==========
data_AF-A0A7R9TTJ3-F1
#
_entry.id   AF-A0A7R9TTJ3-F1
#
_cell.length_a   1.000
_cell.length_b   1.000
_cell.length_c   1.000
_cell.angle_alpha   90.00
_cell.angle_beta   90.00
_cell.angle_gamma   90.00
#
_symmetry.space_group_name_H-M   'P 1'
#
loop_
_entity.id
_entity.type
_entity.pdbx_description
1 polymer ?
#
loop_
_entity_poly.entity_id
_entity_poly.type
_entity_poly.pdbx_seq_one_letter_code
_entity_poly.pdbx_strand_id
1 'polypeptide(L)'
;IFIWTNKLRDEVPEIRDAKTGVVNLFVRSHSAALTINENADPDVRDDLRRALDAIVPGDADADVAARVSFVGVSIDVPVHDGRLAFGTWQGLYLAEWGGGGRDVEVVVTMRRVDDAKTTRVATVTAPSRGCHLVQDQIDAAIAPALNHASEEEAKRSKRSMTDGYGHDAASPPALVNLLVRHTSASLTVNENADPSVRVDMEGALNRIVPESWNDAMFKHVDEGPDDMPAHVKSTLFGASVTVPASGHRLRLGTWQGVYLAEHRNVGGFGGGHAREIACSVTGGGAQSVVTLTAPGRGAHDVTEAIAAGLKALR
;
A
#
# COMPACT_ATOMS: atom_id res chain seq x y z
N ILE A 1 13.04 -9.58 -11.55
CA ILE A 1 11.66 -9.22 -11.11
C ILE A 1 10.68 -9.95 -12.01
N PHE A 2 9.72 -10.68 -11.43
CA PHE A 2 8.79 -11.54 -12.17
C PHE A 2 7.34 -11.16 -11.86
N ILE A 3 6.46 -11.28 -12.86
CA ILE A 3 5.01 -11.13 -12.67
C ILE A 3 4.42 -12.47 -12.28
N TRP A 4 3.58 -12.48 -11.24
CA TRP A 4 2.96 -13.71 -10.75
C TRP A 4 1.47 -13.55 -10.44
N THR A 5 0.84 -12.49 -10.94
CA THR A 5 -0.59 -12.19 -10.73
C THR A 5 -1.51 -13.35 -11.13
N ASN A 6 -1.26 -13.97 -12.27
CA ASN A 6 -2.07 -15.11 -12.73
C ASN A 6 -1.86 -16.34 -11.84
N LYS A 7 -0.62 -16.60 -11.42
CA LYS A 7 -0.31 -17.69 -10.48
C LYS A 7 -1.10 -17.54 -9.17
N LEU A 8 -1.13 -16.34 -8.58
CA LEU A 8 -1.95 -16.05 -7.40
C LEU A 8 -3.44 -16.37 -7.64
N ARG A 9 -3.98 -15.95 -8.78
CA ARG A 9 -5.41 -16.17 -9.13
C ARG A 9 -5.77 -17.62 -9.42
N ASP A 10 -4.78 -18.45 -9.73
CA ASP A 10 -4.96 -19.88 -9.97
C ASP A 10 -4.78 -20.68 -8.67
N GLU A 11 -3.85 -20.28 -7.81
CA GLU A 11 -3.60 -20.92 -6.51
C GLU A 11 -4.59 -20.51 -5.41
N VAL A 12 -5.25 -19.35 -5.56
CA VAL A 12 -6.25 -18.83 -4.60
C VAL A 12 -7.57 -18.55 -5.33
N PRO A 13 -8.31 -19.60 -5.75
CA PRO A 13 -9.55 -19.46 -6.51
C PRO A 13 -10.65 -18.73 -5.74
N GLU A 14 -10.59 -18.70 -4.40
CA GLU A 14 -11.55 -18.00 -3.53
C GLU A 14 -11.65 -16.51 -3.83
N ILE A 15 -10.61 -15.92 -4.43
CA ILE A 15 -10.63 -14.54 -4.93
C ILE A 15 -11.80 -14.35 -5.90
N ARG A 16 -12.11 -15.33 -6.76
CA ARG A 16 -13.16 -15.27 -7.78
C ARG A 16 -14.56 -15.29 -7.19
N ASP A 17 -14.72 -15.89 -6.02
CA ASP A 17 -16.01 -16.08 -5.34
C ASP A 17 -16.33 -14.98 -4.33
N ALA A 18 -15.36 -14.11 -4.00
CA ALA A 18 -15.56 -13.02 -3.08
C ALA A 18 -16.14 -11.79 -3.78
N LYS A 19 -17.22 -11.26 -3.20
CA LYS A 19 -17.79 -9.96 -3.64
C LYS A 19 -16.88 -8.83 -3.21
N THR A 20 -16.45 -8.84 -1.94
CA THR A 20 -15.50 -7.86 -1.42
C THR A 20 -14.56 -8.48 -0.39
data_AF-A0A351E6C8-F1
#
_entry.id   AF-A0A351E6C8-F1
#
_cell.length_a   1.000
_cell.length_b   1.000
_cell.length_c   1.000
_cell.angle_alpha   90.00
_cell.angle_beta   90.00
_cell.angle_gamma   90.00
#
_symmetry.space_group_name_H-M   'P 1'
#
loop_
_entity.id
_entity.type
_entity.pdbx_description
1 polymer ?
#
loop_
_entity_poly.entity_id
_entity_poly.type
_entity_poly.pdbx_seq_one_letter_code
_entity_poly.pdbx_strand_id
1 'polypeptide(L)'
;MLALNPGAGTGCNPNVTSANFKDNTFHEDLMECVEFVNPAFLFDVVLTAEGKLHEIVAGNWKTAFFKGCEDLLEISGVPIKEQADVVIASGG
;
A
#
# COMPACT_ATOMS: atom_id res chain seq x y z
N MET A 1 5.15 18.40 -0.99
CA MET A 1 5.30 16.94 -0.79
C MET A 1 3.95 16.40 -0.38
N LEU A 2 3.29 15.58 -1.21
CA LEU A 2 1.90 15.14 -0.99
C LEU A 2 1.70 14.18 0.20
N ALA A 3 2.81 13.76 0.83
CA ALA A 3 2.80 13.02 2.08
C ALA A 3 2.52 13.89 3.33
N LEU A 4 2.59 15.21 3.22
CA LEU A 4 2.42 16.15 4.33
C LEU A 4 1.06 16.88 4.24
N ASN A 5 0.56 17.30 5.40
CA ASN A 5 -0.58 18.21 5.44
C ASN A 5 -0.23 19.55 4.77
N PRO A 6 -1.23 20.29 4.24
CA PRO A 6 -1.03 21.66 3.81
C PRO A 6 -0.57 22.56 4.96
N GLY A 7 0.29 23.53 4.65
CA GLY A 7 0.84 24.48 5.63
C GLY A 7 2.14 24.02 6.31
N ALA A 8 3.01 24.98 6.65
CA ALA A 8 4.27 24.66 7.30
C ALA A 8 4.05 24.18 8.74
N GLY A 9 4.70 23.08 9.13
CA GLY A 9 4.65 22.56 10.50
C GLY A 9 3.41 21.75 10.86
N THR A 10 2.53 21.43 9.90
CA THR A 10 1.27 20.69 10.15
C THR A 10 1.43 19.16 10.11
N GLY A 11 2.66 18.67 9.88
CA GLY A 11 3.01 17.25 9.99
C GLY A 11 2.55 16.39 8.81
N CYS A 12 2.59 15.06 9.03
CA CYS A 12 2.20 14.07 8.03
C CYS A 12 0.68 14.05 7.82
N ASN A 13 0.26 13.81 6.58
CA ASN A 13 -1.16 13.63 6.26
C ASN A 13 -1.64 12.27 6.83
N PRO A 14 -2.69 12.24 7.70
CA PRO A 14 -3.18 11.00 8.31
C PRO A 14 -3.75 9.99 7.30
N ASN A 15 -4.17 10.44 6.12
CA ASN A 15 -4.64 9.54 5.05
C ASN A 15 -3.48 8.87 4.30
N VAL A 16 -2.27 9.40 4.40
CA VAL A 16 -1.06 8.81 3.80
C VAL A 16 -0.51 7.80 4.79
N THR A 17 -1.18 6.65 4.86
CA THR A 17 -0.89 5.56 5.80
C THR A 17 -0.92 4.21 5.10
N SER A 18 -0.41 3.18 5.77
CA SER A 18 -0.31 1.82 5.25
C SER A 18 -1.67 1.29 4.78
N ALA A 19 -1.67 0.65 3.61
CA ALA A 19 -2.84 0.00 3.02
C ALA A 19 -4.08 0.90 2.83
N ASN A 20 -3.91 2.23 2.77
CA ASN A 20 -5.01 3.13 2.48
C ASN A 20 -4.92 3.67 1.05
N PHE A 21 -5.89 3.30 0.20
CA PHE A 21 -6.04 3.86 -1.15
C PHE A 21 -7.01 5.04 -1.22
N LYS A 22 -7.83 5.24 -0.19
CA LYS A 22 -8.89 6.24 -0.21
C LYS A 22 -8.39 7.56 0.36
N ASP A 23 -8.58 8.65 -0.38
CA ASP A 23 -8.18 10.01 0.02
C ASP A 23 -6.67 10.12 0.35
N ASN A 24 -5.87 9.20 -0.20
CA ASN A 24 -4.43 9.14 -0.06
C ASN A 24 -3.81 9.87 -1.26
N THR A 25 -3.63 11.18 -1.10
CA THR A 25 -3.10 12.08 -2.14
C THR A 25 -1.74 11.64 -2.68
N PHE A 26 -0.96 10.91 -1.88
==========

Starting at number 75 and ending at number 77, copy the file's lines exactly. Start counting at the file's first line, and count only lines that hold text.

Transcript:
C ILE A 15 -11.80 -14.35 -5.90
N ARG A 16 -12.11 -15.33 -6.76
CA ARG A 16 -13.16 -15.27 -7.78